Splashes of Colour
322 pages, $23.95
book’s epigraph, from Peter Pan, describes Neverland
as “always more or less an island, with astonishing splashes
of colour here and there.” So we come to Clare Morrall’s novel
expecting characters who are either lost, haven’t grown up,
or are looking for a Wendy-mother to take care of them. But
the novel is much better and more complex than that crabbed
little statement, and the “astonishing splashes of colour”
refer more appropriately to the central character’s unusual
experiences of color.
got her nickname by coming whenever her brothers called the
cat—is a reviewer of children’s books, living in Birmingham,
England, in a crowded ramshackle apartment next door to the
cleanly minimalist one of her husband, James. Kitty’s painter
father still works in the old family home a few blocks away,
and Kitty’s much older brothers—two married, two not—also
live nearby. There’s a long-dead sister Dinah (the oldest
of the brood), and a mother who died when Kitty was barely
3. The absence of her mother, and any evidence of her mother,
haunts Kitty, as do her brothers’ oddly contradictory memories.
The actual plot of the novel follows Kitty as she slowly falls
apart after the death of her baby and learning that she can
never have another.
Now this is all grim stuff, and a bit soap opera at that.
So what makes this novel special? First, it has terrific details.
The book opens with narrator Kitty standing outside an elementary
school because “to me, waiting for children to come out of
school is a quintessential act of motherhood.” Her weirdly
intriguing perceptions often relate to color. Of her unorthodox
marriage to James, an obsessive-compulsive with family problems
of his own, she notices that at good moments “his white slows
down so that all the yellows and blues and reds in his spectrum
meet mine and merge, complementing the frenetic whirls of
colour inside me. We look at each other and we match. Things
can only work if we can share the colours out properly, evenly,
Kitty is very acute as she watches herself losing it: “I don’t
feel grown-up any more. Somehow since my move, my marriage,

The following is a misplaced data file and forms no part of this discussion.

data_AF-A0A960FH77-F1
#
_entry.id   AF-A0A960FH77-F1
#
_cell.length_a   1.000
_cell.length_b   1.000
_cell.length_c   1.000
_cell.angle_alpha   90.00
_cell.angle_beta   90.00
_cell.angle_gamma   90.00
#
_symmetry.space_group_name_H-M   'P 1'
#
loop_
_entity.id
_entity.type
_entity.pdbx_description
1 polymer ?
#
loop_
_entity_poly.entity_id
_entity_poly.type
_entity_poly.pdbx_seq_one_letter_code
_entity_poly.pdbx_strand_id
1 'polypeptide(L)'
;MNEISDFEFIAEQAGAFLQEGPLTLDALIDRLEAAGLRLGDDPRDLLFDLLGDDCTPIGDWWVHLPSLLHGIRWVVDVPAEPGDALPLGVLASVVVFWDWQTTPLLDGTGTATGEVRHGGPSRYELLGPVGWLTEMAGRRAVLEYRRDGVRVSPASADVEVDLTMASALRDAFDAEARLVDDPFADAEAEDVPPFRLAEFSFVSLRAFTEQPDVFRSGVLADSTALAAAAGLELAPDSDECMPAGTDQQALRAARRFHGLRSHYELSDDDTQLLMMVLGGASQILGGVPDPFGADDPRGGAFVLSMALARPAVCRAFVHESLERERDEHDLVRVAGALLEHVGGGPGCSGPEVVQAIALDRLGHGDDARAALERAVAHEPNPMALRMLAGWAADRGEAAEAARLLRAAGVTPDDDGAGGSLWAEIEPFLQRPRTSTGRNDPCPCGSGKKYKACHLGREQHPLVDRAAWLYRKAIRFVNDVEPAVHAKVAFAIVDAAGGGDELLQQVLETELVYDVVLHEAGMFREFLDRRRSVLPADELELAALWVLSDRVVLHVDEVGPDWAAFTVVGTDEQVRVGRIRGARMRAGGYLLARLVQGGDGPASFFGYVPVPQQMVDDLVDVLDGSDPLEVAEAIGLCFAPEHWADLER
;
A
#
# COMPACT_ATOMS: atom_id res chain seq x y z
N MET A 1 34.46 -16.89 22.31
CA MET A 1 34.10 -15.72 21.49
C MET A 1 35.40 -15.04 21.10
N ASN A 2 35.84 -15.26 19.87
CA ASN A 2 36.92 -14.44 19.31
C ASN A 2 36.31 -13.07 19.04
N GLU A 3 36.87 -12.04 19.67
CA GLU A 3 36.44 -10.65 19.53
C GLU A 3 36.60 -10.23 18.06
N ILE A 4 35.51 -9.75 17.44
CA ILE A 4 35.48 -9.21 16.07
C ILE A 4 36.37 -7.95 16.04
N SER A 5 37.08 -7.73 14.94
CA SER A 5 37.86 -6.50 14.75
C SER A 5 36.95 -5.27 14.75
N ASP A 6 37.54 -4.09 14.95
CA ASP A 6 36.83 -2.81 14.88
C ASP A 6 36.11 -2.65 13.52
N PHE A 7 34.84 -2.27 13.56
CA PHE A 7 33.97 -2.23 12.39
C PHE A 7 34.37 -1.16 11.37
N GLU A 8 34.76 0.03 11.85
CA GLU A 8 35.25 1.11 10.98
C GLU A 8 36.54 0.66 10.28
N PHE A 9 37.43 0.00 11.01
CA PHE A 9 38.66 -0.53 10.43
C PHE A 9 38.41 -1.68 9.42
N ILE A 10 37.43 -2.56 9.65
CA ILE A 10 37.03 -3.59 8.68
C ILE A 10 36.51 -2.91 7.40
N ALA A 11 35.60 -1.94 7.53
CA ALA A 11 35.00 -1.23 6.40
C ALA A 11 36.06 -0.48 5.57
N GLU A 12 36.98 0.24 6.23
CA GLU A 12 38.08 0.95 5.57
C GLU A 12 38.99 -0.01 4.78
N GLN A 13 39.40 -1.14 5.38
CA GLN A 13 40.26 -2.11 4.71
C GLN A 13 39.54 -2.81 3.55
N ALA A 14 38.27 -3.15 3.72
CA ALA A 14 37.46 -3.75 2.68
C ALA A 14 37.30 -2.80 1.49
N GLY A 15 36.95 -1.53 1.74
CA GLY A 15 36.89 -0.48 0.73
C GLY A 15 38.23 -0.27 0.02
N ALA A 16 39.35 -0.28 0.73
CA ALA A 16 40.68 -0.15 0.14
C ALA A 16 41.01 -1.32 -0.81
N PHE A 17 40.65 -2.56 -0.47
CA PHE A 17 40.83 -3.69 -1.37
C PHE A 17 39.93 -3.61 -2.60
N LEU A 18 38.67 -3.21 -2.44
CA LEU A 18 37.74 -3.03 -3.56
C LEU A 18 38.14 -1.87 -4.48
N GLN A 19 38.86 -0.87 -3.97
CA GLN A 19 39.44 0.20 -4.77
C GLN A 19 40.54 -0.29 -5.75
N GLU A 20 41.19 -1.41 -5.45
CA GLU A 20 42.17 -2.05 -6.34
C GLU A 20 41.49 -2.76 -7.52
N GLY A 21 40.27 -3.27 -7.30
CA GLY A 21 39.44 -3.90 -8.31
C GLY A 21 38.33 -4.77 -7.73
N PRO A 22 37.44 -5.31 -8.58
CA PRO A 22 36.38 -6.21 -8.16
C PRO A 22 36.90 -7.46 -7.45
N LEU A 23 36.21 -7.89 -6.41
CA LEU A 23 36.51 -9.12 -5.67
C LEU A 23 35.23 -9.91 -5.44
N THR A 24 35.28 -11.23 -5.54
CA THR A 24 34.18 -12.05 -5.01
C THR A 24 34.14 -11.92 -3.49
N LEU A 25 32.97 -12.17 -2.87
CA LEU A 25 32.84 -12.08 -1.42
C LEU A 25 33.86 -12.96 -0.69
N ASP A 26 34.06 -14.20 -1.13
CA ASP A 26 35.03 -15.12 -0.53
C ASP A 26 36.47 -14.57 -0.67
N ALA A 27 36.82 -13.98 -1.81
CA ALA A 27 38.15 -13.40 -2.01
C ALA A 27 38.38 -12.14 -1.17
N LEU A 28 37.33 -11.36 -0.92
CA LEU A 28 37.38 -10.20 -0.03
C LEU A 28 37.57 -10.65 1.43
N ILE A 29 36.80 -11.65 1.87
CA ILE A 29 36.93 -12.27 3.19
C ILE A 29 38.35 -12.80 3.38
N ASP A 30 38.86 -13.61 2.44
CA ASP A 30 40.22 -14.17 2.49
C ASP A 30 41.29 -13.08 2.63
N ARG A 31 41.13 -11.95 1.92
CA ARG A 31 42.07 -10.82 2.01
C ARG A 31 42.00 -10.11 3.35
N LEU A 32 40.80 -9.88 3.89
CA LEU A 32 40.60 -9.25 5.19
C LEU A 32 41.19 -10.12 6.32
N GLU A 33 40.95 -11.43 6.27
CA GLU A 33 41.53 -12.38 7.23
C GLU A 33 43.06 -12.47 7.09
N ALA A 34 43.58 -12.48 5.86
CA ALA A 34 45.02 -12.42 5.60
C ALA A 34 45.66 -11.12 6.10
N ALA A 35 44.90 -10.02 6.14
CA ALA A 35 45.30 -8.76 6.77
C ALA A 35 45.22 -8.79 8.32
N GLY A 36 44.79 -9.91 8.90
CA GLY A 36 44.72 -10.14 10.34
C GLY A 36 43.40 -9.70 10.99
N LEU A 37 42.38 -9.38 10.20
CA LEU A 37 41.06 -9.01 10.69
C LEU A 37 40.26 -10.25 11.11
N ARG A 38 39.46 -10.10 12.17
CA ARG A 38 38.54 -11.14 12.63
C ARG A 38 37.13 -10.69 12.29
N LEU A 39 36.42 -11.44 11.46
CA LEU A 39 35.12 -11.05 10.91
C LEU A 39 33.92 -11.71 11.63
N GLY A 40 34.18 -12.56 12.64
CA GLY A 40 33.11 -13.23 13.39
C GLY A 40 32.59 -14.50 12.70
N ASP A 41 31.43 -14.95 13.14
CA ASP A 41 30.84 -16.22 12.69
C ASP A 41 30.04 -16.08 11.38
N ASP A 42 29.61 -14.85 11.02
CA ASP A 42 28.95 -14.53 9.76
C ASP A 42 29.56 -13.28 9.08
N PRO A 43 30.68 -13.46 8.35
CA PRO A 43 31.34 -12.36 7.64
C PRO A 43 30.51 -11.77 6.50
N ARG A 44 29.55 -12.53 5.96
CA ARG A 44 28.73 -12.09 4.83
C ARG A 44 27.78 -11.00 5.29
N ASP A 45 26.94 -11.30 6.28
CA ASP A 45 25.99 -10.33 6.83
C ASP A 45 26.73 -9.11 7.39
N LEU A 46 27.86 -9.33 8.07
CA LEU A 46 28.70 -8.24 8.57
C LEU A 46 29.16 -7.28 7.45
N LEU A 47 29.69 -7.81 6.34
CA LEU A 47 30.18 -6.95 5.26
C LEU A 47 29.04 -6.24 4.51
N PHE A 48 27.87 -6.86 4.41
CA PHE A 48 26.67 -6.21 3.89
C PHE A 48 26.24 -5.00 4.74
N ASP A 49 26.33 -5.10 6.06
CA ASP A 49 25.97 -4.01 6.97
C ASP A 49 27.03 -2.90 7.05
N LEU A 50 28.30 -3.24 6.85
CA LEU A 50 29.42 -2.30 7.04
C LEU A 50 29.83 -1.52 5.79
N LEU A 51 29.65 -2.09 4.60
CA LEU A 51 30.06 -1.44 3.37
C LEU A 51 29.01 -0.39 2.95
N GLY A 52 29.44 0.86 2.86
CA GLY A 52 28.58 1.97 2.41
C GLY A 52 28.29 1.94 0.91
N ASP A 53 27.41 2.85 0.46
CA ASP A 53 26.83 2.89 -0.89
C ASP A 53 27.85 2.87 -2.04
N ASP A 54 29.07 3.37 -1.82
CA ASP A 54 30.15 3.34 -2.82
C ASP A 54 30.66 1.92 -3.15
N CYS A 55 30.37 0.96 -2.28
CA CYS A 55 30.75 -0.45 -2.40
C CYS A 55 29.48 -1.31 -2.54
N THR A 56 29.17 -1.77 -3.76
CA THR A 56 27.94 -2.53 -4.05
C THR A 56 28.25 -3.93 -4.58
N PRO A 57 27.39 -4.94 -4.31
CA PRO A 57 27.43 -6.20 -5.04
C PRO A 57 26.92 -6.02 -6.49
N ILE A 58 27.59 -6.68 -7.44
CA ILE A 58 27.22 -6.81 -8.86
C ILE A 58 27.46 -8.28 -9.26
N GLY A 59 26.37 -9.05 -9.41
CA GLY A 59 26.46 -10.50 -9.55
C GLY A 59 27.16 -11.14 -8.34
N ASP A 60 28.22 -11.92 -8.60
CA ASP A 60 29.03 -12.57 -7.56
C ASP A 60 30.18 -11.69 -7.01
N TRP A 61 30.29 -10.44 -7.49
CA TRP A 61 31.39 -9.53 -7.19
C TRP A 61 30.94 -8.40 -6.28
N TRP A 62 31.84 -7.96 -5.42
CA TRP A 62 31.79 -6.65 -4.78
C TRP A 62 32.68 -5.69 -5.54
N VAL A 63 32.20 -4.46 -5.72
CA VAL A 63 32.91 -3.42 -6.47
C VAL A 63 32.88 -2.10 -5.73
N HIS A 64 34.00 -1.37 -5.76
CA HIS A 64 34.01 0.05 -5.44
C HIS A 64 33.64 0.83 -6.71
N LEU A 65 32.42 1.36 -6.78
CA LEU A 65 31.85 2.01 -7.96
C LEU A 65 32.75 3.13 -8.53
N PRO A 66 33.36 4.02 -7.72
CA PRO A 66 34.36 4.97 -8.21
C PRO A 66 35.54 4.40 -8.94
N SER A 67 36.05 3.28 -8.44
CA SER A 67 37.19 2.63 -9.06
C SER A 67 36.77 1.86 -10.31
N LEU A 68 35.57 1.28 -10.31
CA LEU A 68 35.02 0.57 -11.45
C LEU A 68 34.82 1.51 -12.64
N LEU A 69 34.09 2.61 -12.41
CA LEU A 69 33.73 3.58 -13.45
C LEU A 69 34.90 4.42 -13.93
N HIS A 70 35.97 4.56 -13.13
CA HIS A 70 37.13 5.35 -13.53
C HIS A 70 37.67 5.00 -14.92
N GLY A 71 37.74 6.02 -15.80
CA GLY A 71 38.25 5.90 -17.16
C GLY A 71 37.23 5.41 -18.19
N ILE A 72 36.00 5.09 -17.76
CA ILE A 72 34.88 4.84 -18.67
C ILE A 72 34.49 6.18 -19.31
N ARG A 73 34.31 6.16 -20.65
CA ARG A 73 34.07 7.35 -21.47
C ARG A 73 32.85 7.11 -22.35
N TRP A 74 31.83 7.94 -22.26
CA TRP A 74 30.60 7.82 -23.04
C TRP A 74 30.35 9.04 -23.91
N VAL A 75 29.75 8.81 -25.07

my loss, I seem to have gone backwards. I feel as if I’m the
pet again, little, without forward drive, dependent on others.
I find myself wanting to ask permission before I do anything.”
Her distracted mind skitters. In the midst of questioning
brother Jake about Dinah, Kitty looks “out of the window at
the mulberry trees where the fruit was ripening into a deep
black-red. We should keep silkworms, I thought: there are
enough mulberry leaves to feed an army of them. We could make
a fortune. ‘Why did she go?’ I asked.”
But it is the three-dimensionality of the characters, particularly
the men, that makes this novel truly remarkable. Although
Kitty calls her brothers and her father “lost boys,” and although
James has some severe life challenges, these men aren’t the
inadequate male trash of so many women’s novels. Every last
one of them behaves on occasion with love, decency, and sensitivity,
beginning with their wonderful bringing up of Kitty. Married
brother Adrian may have become a tiresomely successful writer
who leaves Kitty out altogether from a thinly disguised novelistic
memoir, but he tries to look after her and ultimately assures
that she will not be cut off forever from her beloved nieces.
Violinist Jake may refuse to play seriously—he’ll do nothing
but busk—because he’s married to a bank manager, but he willingly
gets up in the middle of the night to protect Kitty from her
own folly. Trucker Martin (the slow one in the family) is
an emotionally dependable rock, and ultimately Kitty’s salvation.
Edgy mathematical genius Paul may be meanly spiteful, but
he also helps Kitty find what she needs. Ultimately we recognize,
along with Kitty, that her brothers have also suffered the
severe loss of a mother and a sister. Even gigantically self-aggrandizing
Guy, the father, is a complex man—although clearly stupid
or short-sighted at times and preoccupied with his art, he
is also intensely responsible in his own idiosyncratic way
and deeply caring.
But it is with James and Kitty that we best see how the characters
simultaneously support and undermine each other, just as real
grownups do in real life. James is completely phobic about
flying, but he grits his teeth and accepts a short job in
New York in order to get Kitty out of the country. Just prior
to takeoff, however, he simply can’t continue, and it is Kitty
who gets them both off the plane. But it is the two together
who conspire to cover this failure—James does the job by computer—by
holing up in London for the duration of their supposed trip.
James will do anything he can to help Kitty, including deal
with her difficult father: “James and my father are like jigsaw
pieces from two different puzzles. They look as if they’ll
fit together, but they don’t.” But he can’t talk with Kitty
about the lost baby or about their lost “future.”
The men in Kitty’s life tend to focus on protecting her, which
is not as condescending as it sounds. But protection eventually
becomes dangerous, especially when Kitty involves herself
with Megan, a wonderfully complicated 8-year-old and a very
genuinely, very seriously “lost” child.
This unusual first novel—Morrall is in her 50s, so take heart,
all you writers—brilliantly portrays a multitude of lives
lived “differently,” either just, or completely, outside the
ordinary. And because mostly these lives work for the adults—and
they are adults—living them, they ultimately force us to broaden
the boundaries of what we consider normal.